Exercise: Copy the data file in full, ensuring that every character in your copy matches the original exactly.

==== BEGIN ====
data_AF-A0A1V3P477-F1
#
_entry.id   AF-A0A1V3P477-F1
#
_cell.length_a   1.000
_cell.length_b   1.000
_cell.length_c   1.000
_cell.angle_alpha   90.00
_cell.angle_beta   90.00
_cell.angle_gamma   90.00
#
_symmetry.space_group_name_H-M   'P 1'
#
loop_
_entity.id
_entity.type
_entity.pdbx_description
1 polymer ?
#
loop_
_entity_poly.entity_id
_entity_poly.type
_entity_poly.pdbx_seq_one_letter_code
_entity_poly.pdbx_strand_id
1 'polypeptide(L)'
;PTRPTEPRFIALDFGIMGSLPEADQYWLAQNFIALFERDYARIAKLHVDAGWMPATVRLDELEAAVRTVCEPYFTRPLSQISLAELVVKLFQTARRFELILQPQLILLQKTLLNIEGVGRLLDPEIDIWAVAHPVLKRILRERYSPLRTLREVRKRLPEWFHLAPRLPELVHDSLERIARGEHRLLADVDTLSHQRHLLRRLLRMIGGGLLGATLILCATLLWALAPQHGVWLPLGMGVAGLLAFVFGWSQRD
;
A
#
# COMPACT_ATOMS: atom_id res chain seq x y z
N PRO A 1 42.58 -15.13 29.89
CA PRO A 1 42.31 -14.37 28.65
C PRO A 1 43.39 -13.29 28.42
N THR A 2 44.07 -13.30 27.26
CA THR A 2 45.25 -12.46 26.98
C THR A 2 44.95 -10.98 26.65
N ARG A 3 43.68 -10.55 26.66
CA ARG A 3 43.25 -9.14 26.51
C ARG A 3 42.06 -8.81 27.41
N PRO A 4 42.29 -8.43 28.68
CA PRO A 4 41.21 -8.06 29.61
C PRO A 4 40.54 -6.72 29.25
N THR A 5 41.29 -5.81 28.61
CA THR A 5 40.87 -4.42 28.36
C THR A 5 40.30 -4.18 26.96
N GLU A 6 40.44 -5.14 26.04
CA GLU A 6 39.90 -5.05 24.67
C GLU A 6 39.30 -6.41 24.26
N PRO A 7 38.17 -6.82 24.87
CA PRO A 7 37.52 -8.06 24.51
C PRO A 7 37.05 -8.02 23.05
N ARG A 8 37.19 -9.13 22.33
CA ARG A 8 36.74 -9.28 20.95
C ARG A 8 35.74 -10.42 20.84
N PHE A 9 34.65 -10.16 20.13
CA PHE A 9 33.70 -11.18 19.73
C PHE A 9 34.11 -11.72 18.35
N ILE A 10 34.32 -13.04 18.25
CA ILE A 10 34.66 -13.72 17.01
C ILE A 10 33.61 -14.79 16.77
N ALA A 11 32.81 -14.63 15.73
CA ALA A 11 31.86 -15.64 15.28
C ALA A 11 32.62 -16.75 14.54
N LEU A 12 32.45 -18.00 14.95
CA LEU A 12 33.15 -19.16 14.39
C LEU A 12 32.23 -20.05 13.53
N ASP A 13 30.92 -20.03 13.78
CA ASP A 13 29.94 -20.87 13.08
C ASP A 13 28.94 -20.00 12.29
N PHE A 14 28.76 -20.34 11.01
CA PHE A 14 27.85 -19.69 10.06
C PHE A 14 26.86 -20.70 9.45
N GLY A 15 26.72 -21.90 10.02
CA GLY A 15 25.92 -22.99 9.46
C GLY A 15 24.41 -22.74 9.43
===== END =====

data_AF-A0A1V3P477-F1
#
_entry.id   AF-A0A1V3P477-F1
#
_cell.length_a   1.000
_cell.length_b   1.000
_cell.length_c   1.000
_cell.angle_alpha   90.00
_cell.angle_beta   90.00
_cell.angle_gamma   90.00
#
_symmetry.space_group_name_H-M   'P 1'
#
loop_
_entity.id
_entity.type
_entity.pdbx_description
1 polymer ?
#
loop_
_entity_poly.entity_id
_entity_poly.type
_entity_poly.pdbx_seq_one_letter_code
_entity_poly.pdbx_strand_id
1 'polypeptide(L)'
;PTRPTEPRFIALDFGIMGSLPEADQYWLAQNFIALFERDYARIAKLHVDAGWMPATVRLDELEAAVRTVCEPYFTRPLSQISLAELVVKLFQTARRFELILQPQLILLQKTLLNIEGVGRLLDPEIDIWAVAHPVLKRILRERYSPLRTLREVRKRLPEWFHLAPRLPELVHDSLERIARGEHRLLADVDTLSHQRHLLRRLLRMIGGGLLGATLILCATLLWALAPQHGVWLPLGMGVAGLLAFVFGWSQRD
;
A
#
# COMPACT_ATOMS: atom_id res chain seq x y z
N PRO A 1 42.58 -15.13 29.89
CA PRO A 1 42.31 -14.37 28.65
C PRO A 1 43.39 -13.29 28.42
N THR A 2 44.07 -13.30 27.26
CA THR A 2 45.25 -12.46 26.98
C THR A 2 44.95 -10.98 26.65
N ARG A 3 43.68 -10.55 26.66
CA ARG A 3 43.25 -9.14 26.51
C ARG A 3 42.06 -8.81 27.41
N PRO A 4 42.29 -8.43 28.68
CA PRO A 4 41.21 -8.06 29.61
C PRO A 4 40.54 -6.72 29.25
N THR A 5 41.29 -5.81 28.61
CA THR A 5 40.87 -4.42 28.36
C THR A 5 40.30 -4.18 26.96
N GLU A 6 40.44 -5.14 26.04
CA GLU A 6 39.90 -5.05 24.67
C GLU A 6 39.30 -6.41 24.26
N PRO A 7 38.17 -6.82 24.87
CA PRO A 7 37.52 -8.06 24.51
C PRO A 7 37.05 -8.02 23.05
N ARG A 8 37.19 -9.13 22.33
CA ARG A 8 36.74 -9.28 20.95
C ARG A 8 35.74 -10.42 20.84
N PHE A 9 34.65 -10.16 20.13
CA PHE A 9 33.70 -11.18 19.73
C PHE A 9 34.11 -11.72 18.35
N ILE A 10 34.32 -13.04 18.25
CA ILE A 10 34.66 -13.72 17.01
C ILE A 10 33.61 -14.79 16.77
N ALA A 11 32.81 -14.63 15.73
CA ALA A 11 31.86 -15.64 15.28
C ALA A 11 32.62 -16.75 14.54
N LEU A 12 32.45 -18.00 14.95
CA LEU A 12 33.15 -19.16 14.39
C LEU A 12 32.23 -20.05 13.53
N ASP A 13 30.92 -20.03 13.78
CA ASP A 13 29.94 -20.87 13.08
C ASP A 13 28.94 -20.00 12.29
N PHE A 14 28.76 -20.34 11.01
CA PHE A 14 27.85 -19.69 10.06
C PHE A 14 26.86 -20.70 9.45
N GLY A 15 26.72 -21.90 10.02
CA GLY A 15 25.92 -22.99 9.46
C GLY A 15 24.41 -22.74 9.43